The group i'm part of has run a number of DH games over the years and they've all worked out well.
As basic acolytes you have no idea what political leanings your Inquisitor has.
As trusted acolytes you begin to have an idea, based on the sorts of direct orders you get issued (don't harm the xenos-witch, burn the room the daemon was summoned into with promethium etc), as to the leanings of your Inquisitor . Of course without Forbidden Lore: Inquisition and some greater idea of the political game Inquisitors play (such as being aware of infighting and factionalism) this won't amount to much.
Finally as inner circle, that is your Inquisitor's most trusted acolytes, you have a pretty good idea what is going on. Words such as Horusian or Xanthite may not be bandied about casually, but its pretty obvious if your master is constantly in contact with xenos, or is a powerful psyker that utilises forbidden rituals.
I think it isn't really until Ascension level that players should really be concerning themselves with the factions or aligning themselves with one in particular. Sure, you can generally play a puritanical Emperor worshiper who burns everything even slightly deviant in sight. And sure, you can also play a lose canon who is constantly reprimanded and given punishments by their superiors for not utilising forbidden items and techniques and consorting with mutants, heretics and xenos filth. But to really divide Puritan and Radical up into their factions and put specific names to them and allow the players to align with one, i think it's really high powered, end game territory.
We had a long running game (went on for just over a year with a 5 hour session every week) in which our group of roughly 6 players (it fluctuated from 5 to 8 in reality, with characters killed off and new ones rolled up) followed the escapades of their clearly unusual Inquisitor. Seemingly just quirky at first, as we progressed in trust and status it became clear that our master had contacts in multiple Ordos of the Inquisition, utilised heavily forbidden things such as cloning technology, and consorted with daemons. Now the way this was handled was very good. As the players had been allowed to put their own spin on how their characters acted for the first 1/3rd of the game, when we entered the second 1/3rd it became clear that the group was split into radicals, some puritans and some neutral characters. The radicals, spear-headed by my sorcerous adept (he had funkier psychic options that the actual psyker!), formed their own clique within the acolyte cell and received additional instruction from our Inquisitor.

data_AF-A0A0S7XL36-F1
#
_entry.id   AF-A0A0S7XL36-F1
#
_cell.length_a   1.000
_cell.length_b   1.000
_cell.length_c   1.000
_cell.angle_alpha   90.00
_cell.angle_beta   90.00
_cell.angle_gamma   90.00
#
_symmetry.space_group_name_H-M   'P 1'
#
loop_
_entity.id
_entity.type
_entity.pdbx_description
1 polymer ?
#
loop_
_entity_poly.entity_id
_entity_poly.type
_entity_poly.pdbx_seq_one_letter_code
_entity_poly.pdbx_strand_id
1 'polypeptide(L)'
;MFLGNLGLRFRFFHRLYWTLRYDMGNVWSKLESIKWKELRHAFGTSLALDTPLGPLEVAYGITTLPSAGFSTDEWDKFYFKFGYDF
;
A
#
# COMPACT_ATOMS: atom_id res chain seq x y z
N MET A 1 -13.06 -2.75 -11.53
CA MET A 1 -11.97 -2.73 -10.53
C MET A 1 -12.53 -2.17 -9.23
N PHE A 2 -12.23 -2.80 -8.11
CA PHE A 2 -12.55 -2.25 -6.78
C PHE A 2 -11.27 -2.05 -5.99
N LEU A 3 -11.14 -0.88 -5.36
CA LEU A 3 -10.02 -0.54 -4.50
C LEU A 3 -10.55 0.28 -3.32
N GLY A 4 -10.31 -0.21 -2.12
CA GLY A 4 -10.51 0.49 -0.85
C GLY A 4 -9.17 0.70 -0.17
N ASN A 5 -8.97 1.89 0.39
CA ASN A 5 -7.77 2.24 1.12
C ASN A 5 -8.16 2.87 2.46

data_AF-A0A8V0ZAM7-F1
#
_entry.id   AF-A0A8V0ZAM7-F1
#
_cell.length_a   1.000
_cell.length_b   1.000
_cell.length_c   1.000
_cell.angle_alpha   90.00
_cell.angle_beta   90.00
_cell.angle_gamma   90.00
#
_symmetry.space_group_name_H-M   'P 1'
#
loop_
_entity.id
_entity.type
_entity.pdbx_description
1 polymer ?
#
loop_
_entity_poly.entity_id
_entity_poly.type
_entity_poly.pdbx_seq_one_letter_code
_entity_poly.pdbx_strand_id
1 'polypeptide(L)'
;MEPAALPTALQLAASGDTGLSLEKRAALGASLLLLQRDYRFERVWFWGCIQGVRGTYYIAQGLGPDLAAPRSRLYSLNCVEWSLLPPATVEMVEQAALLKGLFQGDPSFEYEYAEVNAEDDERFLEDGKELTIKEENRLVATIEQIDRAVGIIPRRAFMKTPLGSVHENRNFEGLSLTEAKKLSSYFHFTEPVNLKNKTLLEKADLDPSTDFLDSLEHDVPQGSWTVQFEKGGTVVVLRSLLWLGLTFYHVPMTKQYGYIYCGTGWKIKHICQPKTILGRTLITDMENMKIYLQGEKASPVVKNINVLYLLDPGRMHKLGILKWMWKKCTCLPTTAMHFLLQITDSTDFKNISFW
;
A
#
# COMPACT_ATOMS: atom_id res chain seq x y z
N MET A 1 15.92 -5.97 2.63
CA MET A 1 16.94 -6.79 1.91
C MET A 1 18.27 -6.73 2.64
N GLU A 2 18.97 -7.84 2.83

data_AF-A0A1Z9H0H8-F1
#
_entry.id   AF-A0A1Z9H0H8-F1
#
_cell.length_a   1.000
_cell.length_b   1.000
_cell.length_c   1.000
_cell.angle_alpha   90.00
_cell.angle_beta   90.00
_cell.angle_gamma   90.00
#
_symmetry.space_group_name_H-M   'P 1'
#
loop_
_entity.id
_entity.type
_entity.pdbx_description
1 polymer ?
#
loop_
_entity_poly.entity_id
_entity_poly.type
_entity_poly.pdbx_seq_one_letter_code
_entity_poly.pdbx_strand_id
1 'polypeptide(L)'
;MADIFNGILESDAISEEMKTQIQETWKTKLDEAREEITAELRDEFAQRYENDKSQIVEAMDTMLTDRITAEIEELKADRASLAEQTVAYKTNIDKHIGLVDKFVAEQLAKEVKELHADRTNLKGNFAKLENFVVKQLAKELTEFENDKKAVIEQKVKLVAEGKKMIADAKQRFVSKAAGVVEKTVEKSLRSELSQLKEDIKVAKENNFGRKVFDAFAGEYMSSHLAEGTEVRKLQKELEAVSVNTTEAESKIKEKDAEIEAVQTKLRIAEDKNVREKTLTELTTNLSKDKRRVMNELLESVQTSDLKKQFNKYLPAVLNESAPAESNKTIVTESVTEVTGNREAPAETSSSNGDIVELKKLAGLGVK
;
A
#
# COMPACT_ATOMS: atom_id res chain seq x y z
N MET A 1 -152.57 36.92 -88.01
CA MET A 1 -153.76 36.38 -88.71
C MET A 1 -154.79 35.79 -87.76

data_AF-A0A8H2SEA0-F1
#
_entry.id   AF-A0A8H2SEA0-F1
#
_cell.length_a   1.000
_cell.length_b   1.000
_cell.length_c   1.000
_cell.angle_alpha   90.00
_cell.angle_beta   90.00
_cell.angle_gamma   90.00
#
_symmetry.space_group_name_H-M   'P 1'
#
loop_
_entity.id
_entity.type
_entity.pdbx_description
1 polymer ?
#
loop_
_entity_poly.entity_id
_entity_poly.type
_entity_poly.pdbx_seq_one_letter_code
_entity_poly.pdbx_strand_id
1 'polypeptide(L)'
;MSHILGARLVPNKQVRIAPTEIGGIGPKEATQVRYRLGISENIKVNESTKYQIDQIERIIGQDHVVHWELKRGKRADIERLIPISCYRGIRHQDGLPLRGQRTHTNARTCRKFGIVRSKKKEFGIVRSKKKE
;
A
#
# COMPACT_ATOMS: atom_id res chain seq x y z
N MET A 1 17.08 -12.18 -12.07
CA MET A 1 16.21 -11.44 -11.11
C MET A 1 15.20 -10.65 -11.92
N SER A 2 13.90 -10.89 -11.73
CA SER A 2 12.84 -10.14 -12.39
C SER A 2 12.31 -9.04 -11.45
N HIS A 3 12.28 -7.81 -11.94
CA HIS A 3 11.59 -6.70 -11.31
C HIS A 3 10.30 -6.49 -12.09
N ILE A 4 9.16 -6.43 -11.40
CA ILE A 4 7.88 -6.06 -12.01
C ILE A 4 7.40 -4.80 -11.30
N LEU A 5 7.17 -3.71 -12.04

Meanwhile the few puritans we had were given similar instructions to their clique and while it became apparent that we were being set off against one another, with only the neutral characters to keep us in check, it was apparent that the Puritans were being distracted whilst the Radicals did the real work. This all led to some great confrontational moments, daemonic incursions and large firefights.
Ultimately the game ended with a huge deus ex machina, with Scintilla being engulfed in an artificial warp storm or something like that… it went a bit crazy. And while all the characters were essentially killed off in an "unhappy ending", our actions and alleigances during the game determined some of our fate.
Obviously not all games will be as long running or convoluted as ours, and since we played there have been multiple source books with extra cell packages that can help bind a group cohesively to a common cause, but i think it is important to lay down some ground rules before play as the GM, such as saying 'players can do anything they want, but it's an Ordo Xenos game' or 'Puritan only, but up to you how'. Conversely the players should have an idea of how they'd like to progress their characters and so what options they'd like open in the game.
Sorry for such a long winded response but i do feel it's not a simple question to answer and some insight into previous handlings of it may be enlightening for some.